The autumn of 2015 was unusual in almost every way on the north Aegean Greek island of Lesbos from which I am writing. There were tens of thousands of illegal migrants on the island, the native population of which was scarcely 100,000. New refugees arrived every day by the thousands.
One evening, the blue-gray sky grumbled shortly after sunset. The thick clouds blackened and rain poured down over the city with a roar. As I ran across the slippery pavement into a friend’s bar, I heard a group of five poor souls speaking Persian with a Turkic accent and running amok, seeking shelter under the eaves of a building.
While the criminal investigation is closing in on one associate after another, one advisor after another, in one of the most serious affairs in the State of Israel’s history, and perhaps the most serious affair, I find it hard to believe that Prime Minister Benjamin Netanyahu was driven by greed when he advanced the submarine deal.
There are doubts. There are associates being questioned one after the other. There are state’s witnesses. Nevertheless, Netanyahu likely wasn’t a partner in crime. He didn’t make decisions on the submarines in a bid to make a profit for himself or for his associates. It’s impossible, just impossible.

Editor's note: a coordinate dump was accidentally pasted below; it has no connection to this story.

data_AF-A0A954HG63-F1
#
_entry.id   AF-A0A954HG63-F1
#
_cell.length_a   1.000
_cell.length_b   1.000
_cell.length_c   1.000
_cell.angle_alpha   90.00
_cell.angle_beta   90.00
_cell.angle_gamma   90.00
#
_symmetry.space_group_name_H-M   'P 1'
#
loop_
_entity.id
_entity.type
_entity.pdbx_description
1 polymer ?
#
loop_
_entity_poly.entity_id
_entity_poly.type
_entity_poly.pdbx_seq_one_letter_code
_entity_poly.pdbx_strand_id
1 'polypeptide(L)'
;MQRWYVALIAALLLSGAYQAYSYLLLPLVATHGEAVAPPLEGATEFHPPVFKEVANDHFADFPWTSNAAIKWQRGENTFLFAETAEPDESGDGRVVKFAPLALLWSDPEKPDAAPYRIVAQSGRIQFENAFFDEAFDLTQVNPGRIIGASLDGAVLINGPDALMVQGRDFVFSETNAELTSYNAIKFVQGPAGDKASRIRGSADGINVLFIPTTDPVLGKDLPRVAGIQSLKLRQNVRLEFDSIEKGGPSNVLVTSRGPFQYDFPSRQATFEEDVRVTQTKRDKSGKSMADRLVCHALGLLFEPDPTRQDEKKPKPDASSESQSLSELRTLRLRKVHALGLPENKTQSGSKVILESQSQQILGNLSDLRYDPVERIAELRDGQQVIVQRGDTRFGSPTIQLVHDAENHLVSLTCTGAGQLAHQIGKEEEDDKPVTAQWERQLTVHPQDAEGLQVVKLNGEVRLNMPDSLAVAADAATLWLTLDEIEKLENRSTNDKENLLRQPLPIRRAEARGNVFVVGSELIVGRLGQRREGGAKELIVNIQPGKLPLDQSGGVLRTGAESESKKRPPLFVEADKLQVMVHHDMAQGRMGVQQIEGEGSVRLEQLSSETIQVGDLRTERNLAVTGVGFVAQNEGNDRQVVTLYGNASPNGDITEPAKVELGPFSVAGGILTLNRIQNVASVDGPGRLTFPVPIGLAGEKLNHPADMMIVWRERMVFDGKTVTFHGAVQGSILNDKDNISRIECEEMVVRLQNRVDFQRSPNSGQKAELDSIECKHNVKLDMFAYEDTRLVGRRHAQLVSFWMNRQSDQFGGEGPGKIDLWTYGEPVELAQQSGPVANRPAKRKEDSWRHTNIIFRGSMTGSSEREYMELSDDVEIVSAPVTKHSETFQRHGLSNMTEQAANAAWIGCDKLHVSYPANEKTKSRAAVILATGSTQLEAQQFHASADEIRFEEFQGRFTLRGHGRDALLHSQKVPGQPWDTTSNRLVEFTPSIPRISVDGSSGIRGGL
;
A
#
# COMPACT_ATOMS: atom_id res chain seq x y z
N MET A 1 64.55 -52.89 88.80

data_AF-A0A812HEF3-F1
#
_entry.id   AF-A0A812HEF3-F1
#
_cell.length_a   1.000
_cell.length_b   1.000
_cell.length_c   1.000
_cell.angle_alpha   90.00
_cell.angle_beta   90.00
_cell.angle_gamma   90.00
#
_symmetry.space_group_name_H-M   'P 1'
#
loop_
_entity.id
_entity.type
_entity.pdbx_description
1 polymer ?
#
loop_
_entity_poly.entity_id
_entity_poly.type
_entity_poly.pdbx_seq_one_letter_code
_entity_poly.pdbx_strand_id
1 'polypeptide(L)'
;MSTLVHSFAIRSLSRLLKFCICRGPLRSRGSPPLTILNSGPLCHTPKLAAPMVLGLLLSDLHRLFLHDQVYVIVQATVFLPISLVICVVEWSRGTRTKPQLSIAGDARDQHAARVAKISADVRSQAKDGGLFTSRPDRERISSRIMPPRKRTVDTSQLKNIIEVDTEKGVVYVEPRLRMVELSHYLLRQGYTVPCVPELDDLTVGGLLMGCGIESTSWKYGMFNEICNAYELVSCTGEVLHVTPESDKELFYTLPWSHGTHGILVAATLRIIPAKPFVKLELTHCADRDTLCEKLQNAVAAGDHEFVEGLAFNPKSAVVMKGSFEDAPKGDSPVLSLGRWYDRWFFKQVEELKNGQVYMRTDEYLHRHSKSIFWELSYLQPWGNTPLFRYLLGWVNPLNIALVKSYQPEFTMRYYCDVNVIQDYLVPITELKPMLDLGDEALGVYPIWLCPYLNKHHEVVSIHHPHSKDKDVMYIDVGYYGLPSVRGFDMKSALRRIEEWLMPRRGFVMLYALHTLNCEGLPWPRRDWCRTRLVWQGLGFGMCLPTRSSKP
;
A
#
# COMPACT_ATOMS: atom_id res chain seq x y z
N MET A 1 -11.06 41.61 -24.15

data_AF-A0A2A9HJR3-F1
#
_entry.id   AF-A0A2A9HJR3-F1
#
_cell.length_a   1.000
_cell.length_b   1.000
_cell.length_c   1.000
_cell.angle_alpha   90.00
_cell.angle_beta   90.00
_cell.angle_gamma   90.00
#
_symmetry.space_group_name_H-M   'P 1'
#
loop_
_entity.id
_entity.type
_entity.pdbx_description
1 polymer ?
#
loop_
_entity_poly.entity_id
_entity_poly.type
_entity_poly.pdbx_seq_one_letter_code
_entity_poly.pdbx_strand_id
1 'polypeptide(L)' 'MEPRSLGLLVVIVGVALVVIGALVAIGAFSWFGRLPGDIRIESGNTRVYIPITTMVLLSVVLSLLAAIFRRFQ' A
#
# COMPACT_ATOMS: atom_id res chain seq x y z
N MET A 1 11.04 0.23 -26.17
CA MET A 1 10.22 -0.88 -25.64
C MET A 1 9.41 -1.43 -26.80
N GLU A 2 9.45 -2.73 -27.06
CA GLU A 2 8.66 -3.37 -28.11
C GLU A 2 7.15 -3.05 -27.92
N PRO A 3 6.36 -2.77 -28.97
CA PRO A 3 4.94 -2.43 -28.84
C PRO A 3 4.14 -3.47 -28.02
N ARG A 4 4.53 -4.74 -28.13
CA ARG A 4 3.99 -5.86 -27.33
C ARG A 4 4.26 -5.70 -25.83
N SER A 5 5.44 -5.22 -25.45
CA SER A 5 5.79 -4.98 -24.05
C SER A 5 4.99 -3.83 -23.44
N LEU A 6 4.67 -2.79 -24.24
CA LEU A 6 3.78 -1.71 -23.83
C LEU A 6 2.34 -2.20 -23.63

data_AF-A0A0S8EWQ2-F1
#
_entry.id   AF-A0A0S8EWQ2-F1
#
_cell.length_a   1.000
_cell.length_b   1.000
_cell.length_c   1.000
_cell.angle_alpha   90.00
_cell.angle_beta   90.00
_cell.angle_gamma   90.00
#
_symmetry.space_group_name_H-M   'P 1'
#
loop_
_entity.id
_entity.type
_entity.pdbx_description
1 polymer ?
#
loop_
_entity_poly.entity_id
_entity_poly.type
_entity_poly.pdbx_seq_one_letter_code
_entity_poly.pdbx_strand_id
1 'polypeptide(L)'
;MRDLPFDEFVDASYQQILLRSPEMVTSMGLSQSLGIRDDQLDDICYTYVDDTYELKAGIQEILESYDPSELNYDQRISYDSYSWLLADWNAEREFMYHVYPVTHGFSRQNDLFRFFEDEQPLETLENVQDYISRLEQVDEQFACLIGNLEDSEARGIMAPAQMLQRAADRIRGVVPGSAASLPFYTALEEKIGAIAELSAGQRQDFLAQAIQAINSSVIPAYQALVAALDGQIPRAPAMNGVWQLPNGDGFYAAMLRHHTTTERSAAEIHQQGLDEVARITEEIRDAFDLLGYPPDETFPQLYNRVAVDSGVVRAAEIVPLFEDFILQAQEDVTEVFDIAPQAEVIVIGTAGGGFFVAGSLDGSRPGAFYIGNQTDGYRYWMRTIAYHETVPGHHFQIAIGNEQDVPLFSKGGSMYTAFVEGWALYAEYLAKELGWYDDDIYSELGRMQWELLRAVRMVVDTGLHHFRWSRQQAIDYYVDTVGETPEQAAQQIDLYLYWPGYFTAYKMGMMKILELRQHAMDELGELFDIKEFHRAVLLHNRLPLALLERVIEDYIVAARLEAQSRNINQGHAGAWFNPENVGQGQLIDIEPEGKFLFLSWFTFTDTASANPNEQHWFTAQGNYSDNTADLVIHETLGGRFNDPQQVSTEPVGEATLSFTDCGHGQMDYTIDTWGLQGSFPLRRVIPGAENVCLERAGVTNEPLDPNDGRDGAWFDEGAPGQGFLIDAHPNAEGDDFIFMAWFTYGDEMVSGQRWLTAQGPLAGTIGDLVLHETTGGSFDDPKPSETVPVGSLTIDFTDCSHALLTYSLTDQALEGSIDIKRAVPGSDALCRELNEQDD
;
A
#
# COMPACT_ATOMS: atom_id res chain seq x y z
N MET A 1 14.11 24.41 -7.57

Regarding the question that forms the title of this article, I truly believe that the answer is “yes.” It is my belief that Christian Zionism is as obvious a sign of the beginning of the redemption of Israel as are the ingathering of millions of Jews to the land of Israel and the existence of the State of Israel itself. But there are many people who don’t share this perspective.
In the Jewish community, there are still many who are wary of Christian friendship and support. Many Jews are suspicious of an ulterior motive to convert Jews to Christianity that they fear underlies this political partnership.
Last weekend, the world experienced a petrifying “wake up call” when Pyongyang test launched a hydrogen bomb. According to Yukiya Amano, director of the International Atomic Energy Authority (IAEA), Sunday’s test represents “a new dimension to the threat.” Added Amano, “I think the North Korean threat is a global one now.
In the past, people thought it was a regional one, but that is no longer the case.”
Since 1994, when North Korea decided to pull out of the Nonproliferation Treaty (NPT), there has been a huge history of attempts to chain the North Korean nuclear beast, including efforts for military cooperation, sanctions and, of course, negotiations.